And I’m afraid that’s where the Egyptian connection comes in — they didn’t find some secret clue in a tomb, but Blanco’s copywriters no doubt knew that hieroglyphics would get our attention… so they included a photo of what they think is the world’s first representation of a polio victim, an image taken from an Egyptian tomb.

Does that have anything to do with the story? No, not really. It just reenforces the notion that investigators are using some frightful viruses as part of their war on cancer — largely as targeting tools, since the polio virus appears to be attracted to the receptors on many solid tumors, and as immune response boosters. There’s nothing new in that, lots of viruses have been researched for use in cancer immunotherapy since before folks were calling it immunotherapy.

So after all that, here we are with — an immunotherapy stock. As with similar ads they’ve run in the past, the great examples are from a variety of public and private research (like the Duke polio/glioblastoma work, which is probably licensed to an early stage private company made up largely of the scientists who worked on the team, I don’t think the licensee has been disclosed), but the examples are really used just to draw a picture of the excitement possible with immunotherapy in general… not necessarily to detail the specific drugs under development by the company they’re recommending.

Which company, then, is Blanco teasing? Here are some clues:

“The company at the head of this breakthrough was founded by a scientist we’ll call ‘Dr. Arjun.’

“Dr. Arjun got his medical degree in 1974, and completed his residency at Harvard Medical School in 1985.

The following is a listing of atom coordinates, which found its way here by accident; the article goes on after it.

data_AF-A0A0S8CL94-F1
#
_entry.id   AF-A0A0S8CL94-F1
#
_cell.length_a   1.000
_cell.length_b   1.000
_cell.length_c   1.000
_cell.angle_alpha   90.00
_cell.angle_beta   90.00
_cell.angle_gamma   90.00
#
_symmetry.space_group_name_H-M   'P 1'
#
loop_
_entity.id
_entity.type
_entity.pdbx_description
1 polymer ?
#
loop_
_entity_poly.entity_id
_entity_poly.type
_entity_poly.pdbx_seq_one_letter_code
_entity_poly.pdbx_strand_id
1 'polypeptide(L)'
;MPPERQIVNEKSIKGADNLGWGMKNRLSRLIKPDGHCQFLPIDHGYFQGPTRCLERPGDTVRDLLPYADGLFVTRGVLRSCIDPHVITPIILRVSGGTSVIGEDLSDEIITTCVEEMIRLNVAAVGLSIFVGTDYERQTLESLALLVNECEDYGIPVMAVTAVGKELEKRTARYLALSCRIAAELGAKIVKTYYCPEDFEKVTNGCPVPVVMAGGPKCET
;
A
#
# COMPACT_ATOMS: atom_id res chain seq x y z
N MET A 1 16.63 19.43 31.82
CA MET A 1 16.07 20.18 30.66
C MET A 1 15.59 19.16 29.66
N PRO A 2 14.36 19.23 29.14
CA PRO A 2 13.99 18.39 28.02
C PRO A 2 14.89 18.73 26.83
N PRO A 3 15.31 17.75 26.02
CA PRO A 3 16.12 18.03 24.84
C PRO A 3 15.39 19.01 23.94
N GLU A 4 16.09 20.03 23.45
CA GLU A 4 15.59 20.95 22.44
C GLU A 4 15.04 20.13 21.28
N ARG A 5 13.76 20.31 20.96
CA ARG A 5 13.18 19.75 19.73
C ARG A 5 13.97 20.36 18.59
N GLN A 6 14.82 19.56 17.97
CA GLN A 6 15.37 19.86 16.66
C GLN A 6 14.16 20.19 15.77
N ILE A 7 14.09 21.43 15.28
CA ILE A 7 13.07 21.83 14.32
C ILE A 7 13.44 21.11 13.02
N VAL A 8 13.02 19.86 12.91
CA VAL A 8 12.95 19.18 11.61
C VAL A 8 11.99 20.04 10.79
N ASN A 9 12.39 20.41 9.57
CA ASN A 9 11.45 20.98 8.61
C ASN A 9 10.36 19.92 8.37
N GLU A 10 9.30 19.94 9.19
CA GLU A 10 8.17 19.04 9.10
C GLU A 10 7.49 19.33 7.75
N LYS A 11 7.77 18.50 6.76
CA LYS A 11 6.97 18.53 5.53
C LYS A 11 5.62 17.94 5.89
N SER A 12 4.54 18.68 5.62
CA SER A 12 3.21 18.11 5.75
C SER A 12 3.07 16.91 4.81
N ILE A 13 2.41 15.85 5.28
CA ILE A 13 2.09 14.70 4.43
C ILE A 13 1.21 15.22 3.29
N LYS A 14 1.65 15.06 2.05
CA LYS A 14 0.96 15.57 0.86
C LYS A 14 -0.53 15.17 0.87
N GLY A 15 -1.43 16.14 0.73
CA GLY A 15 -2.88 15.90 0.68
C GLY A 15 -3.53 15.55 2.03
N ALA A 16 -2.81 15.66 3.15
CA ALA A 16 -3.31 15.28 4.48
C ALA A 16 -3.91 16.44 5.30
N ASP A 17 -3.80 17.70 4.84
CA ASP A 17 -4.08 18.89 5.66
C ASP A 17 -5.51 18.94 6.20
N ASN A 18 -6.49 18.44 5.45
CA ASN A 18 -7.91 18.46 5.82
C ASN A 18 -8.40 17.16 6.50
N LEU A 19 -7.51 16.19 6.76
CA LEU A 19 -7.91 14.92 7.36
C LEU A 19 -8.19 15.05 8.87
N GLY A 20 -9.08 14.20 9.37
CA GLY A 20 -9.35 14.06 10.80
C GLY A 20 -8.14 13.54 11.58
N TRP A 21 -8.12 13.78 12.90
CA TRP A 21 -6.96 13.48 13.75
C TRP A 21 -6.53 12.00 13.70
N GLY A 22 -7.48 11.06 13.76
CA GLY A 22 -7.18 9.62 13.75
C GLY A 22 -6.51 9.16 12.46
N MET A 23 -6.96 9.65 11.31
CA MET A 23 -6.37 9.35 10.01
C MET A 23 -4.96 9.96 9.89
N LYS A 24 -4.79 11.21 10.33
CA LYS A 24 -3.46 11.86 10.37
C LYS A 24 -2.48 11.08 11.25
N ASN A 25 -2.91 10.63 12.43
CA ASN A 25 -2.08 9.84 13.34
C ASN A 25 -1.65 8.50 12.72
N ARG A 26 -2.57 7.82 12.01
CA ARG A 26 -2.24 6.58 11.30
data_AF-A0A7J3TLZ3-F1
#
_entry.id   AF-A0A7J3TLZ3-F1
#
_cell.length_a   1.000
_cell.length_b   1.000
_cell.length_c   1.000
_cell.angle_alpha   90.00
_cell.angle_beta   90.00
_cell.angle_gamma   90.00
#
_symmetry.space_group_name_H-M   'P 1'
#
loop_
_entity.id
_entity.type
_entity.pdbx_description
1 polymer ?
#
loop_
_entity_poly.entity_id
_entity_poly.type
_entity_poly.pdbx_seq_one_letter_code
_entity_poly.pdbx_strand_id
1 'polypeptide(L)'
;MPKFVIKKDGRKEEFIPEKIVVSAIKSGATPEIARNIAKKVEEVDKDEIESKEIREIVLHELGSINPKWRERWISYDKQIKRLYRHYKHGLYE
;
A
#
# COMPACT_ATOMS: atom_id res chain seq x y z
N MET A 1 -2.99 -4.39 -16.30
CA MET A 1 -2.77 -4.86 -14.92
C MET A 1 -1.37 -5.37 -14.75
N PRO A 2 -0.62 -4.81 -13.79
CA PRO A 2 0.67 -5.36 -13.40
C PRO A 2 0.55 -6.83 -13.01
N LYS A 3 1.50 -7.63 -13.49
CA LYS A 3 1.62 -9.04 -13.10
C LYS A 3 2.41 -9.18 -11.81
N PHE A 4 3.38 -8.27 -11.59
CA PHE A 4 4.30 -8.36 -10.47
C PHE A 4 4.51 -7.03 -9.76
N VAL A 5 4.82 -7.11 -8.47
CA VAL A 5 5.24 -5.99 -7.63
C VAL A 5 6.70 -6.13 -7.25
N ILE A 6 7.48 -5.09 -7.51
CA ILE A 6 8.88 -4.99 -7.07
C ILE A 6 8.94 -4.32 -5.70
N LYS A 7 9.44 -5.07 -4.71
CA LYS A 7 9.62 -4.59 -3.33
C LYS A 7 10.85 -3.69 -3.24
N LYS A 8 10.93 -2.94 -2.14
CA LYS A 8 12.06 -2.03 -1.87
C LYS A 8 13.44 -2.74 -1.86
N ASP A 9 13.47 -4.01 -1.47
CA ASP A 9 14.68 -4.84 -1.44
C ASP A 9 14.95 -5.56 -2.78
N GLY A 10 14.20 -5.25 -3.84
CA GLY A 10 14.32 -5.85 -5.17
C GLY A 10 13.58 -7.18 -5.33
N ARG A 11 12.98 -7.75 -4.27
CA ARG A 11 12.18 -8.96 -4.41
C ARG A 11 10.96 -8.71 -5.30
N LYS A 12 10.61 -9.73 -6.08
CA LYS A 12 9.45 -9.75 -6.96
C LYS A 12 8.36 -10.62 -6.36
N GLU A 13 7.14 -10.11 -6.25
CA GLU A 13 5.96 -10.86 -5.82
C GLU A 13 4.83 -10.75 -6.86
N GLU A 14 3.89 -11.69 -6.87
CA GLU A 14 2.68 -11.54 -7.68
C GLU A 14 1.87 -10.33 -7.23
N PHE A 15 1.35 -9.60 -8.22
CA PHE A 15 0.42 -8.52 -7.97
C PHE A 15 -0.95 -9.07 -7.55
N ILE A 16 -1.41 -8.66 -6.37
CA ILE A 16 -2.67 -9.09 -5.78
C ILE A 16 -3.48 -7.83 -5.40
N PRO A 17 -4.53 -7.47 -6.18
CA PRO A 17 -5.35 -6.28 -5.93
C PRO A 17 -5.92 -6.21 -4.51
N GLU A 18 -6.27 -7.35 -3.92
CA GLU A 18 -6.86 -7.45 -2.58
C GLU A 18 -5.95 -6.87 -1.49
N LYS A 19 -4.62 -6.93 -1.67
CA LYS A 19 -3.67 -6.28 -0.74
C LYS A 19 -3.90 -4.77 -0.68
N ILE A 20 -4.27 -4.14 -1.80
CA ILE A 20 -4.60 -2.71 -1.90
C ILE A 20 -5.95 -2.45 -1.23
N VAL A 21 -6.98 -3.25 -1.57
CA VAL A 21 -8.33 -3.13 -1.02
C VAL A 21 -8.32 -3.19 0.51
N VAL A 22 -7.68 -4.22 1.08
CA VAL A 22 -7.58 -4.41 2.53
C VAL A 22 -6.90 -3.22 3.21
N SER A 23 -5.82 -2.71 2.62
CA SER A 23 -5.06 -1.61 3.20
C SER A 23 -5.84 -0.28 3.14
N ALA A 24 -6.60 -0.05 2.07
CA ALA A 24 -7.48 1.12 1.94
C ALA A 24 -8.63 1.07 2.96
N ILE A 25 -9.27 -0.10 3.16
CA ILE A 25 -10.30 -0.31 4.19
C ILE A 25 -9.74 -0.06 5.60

“He’s also the director of the UCLA Institute of Urologic Oncology, Professor of Urology, and Chief of the Division of Urologic Oncology at the David Geffen School of Medicine.

“But in addition to his many talents in education and medicine, he’s also an outstanding businessman.

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“When he’s not teaching how to perform surgery or running the cancer institute at UCLA, he’s using his free time to start lucrative cancer treatment biotech companies.

“And the tiny ‘startup’ company Dr. Arjun founded went up 415% just 6 months after going public.”

OK, so they’ve got an accomplished guy in charge… and apparently the stock has already gone up a lot, but they think it’s going to go a lot higher. More clues:

“Right now, Dr. Arjun’s company is sitting in a perfect position for investors to start making 1,782% possibly starting as soon as July 1, 2016.

“All it takes is a little number crunching on a cocktail napkin to understand.

“Remember how cancer treatment spending is estimated to grow to $109 billion in the next five years?

“Imagine if Dr. Arjun’s company grabs just 10% of it… my conservative estimate.

“That alone would put its cancer treatment sales on par with the pharmaceutical giant Novartis, which owes $42 billion of its market cap to cancer drugs.

“Let’s say Dr. Arjun’s company claims a similar market cap… shares could climb upwards of well over 1,782% from where it is now.

“This could happen very soon, as their promising cancer therapy heads into the next phases before approval.”